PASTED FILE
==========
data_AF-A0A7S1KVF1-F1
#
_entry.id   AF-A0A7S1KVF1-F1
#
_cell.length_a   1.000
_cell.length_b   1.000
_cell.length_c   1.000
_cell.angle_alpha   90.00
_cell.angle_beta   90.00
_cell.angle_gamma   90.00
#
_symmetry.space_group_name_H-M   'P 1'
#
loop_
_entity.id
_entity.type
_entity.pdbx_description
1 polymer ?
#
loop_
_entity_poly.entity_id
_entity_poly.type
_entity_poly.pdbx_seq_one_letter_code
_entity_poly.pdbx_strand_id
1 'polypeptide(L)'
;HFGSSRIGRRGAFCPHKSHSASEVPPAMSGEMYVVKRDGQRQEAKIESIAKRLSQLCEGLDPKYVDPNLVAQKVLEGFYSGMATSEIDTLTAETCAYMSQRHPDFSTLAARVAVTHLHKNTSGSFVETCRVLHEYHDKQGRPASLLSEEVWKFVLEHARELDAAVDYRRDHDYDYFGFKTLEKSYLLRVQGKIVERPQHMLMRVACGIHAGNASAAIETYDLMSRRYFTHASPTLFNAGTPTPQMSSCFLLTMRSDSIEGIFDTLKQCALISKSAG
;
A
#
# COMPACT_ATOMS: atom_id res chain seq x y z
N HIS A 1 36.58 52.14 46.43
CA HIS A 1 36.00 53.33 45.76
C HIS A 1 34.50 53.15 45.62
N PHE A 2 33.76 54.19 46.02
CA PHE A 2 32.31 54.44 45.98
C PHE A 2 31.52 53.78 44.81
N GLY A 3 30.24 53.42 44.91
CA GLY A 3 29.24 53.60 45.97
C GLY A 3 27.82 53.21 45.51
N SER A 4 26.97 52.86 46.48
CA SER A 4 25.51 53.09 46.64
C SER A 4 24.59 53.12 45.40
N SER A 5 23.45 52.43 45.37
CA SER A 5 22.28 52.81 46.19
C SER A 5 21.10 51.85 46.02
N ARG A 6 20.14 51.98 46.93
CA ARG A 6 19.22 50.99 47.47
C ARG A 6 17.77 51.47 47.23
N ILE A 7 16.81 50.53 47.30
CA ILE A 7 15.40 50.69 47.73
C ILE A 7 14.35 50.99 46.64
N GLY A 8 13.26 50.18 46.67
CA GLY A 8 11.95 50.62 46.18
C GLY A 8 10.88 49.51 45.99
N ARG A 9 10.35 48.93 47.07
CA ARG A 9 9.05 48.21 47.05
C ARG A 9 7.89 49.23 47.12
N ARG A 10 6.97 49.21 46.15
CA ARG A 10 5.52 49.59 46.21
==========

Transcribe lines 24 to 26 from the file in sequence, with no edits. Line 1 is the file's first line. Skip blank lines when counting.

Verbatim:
_entity_poly.pdbx_strand_id
1 'polypeptide(L)'
;HFGSSRIGRRGAFCPHKSHSASEVPPAMSGEMYVVKRDGQRQEAKIESIAKRLSQLCEGLDPKYVDPNLVAQKVLEGFYSGMATSEIDTLTAETCAYMSQRHPDFSTLAARVAVTHLHKNTSGSFVETCRVLHEYHDKQGRPASLLSEEVWKFVLEHARELDAAVDYRRDHDYDYFGFKTLEKSYLLRVQGKIVERPQHMLMRVACGIHAGNASAAIETYDLMSRRYFTHASPTLFNAGTPTPQMSSCFLLTMRSDSIEGIFDTLKQCALISKSAG